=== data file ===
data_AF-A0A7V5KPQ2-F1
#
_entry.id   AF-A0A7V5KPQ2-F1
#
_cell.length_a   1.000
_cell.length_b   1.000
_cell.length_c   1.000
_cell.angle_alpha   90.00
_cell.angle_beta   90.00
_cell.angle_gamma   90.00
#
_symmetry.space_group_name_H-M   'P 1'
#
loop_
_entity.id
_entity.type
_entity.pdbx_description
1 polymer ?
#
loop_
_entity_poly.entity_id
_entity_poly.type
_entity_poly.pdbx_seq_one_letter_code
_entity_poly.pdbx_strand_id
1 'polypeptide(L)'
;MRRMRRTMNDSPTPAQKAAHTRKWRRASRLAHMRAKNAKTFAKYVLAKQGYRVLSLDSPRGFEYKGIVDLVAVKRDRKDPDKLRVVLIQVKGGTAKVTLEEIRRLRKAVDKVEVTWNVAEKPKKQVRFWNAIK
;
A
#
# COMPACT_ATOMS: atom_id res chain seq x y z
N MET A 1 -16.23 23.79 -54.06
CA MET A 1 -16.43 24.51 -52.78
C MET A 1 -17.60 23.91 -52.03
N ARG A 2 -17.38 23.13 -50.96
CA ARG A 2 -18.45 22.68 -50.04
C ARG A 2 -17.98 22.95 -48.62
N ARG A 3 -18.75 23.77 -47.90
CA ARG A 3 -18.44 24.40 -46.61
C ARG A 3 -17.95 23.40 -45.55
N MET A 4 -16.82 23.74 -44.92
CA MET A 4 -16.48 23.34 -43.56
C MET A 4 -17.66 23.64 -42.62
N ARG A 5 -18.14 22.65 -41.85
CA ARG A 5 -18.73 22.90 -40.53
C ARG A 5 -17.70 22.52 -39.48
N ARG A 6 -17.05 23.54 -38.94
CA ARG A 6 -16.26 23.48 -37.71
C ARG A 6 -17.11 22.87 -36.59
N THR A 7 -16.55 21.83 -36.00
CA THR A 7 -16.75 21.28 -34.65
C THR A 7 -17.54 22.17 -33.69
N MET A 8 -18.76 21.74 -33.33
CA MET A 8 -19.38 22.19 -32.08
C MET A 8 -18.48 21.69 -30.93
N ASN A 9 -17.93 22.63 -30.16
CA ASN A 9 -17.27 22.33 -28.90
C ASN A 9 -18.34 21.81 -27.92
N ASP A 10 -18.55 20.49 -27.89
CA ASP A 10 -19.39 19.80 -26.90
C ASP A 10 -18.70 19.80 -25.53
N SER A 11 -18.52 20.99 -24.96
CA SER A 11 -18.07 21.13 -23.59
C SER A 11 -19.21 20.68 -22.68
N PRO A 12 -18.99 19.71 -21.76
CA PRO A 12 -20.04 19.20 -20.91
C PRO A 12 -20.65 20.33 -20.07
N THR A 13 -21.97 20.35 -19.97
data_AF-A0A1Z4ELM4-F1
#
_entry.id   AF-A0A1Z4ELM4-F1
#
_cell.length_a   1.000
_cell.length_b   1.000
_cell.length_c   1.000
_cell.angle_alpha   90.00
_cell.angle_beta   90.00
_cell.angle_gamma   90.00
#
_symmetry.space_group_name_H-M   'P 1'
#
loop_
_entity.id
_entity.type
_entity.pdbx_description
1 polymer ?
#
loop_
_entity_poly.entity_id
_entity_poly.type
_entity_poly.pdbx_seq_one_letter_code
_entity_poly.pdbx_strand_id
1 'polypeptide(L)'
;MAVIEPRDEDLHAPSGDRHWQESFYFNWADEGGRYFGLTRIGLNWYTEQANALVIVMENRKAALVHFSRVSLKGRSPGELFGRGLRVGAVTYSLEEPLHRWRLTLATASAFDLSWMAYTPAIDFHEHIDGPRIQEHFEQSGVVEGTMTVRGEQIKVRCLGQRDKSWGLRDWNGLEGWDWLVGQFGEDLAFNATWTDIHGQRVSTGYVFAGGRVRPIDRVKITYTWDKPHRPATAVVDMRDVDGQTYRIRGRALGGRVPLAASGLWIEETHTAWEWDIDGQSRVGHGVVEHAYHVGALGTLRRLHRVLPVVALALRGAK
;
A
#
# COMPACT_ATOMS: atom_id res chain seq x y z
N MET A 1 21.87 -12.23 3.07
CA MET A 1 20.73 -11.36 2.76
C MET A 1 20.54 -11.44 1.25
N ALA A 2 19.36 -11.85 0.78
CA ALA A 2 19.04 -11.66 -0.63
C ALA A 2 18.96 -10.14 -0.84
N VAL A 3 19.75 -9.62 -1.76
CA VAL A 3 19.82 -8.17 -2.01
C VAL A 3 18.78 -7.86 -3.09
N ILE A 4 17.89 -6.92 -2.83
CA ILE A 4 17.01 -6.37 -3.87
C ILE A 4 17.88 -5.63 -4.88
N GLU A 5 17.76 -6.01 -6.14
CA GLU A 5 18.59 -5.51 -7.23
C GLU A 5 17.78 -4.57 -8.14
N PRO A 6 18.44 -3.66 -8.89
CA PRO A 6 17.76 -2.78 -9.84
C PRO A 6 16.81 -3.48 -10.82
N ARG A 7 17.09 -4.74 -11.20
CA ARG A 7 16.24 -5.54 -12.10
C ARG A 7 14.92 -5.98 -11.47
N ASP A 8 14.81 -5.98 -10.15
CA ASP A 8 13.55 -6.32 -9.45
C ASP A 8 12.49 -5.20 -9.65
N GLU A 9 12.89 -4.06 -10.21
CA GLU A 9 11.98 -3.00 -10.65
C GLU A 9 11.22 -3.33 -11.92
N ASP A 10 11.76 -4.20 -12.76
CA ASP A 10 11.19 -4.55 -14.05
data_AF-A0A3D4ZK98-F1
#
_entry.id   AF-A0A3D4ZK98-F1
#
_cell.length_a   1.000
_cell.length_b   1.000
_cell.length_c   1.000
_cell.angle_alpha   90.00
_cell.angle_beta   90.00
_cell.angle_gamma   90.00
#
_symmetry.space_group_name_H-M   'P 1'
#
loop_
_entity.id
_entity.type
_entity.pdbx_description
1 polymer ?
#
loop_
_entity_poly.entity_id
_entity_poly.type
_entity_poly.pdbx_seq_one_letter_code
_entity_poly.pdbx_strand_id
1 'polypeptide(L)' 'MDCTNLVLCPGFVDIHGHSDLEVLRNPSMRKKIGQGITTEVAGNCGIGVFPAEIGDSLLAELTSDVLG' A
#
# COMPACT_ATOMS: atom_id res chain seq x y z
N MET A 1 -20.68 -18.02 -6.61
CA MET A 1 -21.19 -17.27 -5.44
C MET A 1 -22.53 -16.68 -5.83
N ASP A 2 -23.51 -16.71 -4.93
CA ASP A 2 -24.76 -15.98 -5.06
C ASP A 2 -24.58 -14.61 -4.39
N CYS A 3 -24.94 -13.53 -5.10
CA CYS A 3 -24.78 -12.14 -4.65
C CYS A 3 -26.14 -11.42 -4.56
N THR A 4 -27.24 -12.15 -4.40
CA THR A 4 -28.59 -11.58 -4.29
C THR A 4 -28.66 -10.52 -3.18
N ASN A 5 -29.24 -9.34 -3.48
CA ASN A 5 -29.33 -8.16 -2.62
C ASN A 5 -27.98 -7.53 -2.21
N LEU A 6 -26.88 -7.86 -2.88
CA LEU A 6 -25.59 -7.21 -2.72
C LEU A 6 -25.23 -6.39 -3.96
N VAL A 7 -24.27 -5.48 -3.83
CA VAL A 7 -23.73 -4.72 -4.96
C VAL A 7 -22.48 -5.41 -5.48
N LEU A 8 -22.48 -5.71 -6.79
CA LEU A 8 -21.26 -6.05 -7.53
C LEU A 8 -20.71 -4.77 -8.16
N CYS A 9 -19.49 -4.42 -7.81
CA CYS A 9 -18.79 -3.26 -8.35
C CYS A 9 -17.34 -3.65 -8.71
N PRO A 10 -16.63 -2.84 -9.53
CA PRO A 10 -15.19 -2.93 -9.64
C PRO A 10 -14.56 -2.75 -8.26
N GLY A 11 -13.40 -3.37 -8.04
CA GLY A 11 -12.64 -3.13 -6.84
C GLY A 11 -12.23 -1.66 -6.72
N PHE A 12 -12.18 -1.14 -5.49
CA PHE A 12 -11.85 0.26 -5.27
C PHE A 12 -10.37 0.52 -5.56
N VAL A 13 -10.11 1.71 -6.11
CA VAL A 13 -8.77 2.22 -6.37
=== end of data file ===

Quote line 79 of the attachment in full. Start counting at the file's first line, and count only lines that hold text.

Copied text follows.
_symmetry.space_group_name_H-M   'P 1'